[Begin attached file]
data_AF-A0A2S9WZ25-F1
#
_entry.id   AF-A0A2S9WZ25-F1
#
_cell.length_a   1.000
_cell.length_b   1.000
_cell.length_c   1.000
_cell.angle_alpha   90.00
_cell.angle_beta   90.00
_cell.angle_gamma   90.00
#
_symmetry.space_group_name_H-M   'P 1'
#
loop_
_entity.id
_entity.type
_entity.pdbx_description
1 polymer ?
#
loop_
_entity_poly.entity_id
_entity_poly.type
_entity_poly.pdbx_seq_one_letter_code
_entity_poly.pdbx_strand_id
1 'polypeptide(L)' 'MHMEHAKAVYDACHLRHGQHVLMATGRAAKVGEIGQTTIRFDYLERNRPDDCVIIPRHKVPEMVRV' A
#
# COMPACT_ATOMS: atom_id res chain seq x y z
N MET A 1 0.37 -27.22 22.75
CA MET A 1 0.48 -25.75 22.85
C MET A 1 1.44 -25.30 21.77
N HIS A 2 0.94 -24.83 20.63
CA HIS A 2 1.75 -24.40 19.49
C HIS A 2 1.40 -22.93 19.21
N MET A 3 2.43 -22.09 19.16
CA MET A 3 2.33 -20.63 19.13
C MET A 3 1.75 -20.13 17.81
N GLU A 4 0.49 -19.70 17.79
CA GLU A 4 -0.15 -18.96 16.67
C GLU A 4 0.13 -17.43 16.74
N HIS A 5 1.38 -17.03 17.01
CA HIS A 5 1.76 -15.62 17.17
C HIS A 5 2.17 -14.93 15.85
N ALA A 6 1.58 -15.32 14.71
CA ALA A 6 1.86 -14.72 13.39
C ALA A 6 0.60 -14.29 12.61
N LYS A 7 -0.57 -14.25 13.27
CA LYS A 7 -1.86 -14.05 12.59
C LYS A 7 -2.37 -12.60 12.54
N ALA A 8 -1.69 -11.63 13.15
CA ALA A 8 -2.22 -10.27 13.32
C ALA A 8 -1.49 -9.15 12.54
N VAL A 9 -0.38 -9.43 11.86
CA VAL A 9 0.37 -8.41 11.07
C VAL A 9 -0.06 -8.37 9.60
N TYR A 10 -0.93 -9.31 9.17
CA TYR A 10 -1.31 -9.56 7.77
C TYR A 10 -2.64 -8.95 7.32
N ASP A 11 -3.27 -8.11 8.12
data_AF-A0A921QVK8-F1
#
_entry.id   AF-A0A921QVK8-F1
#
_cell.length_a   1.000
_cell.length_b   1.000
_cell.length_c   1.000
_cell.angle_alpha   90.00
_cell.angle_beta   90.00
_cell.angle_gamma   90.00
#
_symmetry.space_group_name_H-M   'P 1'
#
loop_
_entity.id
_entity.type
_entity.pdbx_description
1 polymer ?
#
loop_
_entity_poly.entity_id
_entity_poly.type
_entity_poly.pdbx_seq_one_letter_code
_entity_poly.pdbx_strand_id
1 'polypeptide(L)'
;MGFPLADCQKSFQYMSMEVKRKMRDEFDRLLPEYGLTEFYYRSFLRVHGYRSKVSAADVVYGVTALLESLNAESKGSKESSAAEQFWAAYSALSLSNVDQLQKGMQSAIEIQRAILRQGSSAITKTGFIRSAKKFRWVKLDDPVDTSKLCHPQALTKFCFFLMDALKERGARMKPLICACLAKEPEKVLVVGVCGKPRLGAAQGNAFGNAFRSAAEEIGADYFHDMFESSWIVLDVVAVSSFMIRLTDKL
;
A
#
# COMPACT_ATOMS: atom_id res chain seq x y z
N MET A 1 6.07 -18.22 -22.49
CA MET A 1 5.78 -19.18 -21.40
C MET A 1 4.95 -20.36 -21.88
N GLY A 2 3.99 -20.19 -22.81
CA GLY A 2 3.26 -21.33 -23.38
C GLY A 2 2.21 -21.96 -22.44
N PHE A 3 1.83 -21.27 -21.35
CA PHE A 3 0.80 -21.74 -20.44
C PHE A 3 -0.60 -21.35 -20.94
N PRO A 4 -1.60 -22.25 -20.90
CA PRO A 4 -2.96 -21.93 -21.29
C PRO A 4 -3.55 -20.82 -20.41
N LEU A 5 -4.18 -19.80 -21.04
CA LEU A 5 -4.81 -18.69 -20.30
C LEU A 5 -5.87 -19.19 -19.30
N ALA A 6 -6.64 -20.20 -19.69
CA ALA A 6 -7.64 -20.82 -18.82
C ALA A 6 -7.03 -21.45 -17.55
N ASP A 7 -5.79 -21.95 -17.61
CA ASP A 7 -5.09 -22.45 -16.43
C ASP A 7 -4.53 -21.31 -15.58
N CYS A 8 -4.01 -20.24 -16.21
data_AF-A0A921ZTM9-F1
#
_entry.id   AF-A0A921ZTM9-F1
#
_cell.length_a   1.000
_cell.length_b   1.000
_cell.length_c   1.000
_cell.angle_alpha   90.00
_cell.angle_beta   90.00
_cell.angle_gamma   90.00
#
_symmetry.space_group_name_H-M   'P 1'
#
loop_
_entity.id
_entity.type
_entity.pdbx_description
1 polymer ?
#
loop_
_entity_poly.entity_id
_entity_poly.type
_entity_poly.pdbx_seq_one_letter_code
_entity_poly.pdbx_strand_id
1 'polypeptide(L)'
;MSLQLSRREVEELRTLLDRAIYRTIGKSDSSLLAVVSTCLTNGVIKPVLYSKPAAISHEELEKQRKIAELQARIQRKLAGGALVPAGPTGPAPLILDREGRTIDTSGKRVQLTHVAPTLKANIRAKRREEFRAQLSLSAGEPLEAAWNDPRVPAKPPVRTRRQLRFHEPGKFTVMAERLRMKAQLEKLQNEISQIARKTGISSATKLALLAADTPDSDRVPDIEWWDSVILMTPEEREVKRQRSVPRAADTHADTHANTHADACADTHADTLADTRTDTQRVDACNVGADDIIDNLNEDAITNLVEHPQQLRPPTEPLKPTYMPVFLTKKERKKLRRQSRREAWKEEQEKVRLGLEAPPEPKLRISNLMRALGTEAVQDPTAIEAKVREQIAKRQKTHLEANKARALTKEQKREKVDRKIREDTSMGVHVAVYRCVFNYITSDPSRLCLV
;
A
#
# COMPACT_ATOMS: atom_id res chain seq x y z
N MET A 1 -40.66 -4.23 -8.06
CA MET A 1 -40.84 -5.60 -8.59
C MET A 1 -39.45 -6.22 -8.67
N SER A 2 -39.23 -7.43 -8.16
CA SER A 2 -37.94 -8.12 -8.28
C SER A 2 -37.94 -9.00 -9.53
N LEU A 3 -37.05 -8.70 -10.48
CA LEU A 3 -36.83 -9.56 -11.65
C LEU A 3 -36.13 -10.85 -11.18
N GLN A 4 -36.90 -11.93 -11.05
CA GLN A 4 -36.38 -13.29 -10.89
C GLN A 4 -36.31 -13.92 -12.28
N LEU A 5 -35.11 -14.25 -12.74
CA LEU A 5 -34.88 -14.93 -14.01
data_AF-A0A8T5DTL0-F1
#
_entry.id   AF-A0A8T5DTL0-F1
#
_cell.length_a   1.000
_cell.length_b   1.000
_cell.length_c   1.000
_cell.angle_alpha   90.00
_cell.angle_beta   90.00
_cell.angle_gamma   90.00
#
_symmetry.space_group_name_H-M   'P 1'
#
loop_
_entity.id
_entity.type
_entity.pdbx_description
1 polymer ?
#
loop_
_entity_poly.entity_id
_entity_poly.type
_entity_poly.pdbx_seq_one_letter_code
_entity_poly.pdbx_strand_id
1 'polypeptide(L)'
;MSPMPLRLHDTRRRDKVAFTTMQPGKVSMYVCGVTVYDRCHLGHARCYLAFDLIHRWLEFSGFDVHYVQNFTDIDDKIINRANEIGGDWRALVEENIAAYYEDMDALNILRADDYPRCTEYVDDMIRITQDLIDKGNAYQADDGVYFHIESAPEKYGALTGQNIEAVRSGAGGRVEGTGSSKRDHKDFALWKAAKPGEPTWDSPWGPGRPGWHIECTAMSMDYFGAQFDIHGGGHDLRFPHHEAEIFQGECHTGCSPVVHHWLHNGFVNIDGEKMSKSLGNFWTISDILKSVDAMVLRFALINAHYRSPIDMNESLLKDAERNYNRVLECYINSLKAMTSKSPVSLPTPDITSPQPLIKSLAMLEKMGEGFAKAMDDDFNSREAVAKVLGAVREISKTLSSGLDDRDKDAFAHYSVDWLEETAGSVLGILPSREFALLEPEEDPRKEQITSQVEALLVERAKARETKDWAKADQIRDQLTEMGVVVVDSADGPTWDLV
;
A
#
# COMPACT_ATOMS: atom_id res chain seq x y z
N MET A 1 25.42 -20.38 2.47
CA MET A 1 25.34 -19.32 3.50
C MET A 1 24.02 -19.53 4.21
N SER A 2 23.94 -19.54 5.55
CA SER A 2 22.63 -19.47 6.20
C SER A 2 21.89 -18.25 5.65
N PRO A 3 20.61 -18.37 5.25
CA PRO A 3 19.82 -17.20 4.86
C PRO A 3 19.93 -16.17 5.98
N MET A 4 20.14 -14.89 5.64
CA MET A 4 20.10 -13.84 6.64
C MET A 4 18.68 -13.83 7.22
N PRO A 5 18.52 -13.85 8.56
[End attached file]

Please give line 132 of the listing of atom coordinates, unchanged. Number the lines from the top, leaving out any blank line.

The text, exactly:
_entity_poly.type